5. Kay

    cebuexpat, although I do see this all the
    Time after living here in the philippines for a decade I must say when it comes to filipina wifes stealing, this is because
    Many of the foreigners make dumb decisions such as 60 year old undesirable guys everywhere thinking that their model like 21 year old wife who many met in Clark/Angeles areas or online dating sites actually loves them for them. This is just
    Being unrealistic and dumb. My neighbour (in his 70’s from America) had a Wife who was a 29 year old massage parlor girl (the naughty kind), and he was suprised when she left him and stole all the money that he had stupidly put into her bank accounts.

    Meet a normal filipina under normal circumstances, of
    Similar age and physical and emotional attraction levels (just like you would back home) and you won’t have any

  6. Mike

    Just wondering, on the law of export companies required to have maximum 40 percent of output as domestic….what is the definition of output…is that monetarily, or number of products produced? Or profit? Or percentage of sales? Or percentage of sales dollars?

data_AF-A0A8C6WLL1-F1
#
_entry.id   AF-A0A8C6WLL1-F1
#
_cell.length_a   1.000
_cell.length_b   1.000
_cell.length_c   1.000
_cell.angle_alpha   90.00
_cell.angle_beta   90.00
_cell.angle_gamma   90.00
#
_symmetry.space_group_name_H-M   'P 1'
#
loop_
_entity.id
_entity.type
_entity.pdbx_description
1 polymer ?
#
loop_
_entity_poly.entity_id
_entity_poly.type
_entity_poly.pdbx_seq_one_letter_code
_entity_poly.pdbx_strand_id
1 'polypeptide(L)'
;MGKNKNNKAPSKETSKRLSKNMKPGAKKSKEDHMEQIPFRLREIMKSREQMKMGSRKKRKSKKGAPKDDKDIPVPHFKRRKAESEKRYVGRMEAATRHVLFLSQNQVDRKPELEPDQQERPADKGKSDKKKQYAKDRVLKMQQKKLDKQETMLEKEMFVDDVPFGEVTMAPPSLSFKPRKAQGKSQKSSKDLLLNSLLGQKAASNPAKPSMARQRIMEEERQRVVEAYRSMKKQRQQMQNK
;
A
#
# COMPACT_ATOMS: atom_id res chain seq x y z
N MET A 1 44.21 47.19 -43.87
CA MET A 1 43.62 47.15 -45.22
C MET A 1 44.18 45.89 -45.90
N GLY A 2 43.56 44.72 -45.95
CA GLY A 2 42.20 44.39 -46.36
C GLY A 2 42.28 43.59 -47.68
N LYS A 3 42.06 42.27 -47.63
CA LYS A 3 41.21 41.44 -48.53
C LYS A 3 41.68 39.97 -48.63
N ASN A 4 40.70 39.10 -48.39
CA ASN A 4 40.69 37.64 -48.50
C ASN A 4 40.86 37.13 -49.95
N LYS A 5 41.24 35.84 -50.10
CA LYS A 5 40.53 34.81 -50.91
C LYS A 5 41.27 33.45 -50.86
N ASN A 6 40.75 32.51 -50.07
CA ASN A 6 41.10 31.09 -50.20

7. Josephine

    Hi, I would like to ask. Is there such a law which prohibits Foreign Textbook Publishing company to sell directly to the end users in the Philippines? Thank you so much for the answer.

  8. rose

    Under RA 7042
    do we need to pay taxes where in, we only work as back office,
    the only expense we have here in the philippines is the rent and the salary.
    will just comply and nil in amount.
    I would know if we are on the right track for the compliance.

    Thank you

  9. Anurag

    Hi , I am operating my company in India as well as in various countries and I would like to know that we can do business directly from India in Philippines without opening Branch Or Subsidiary ?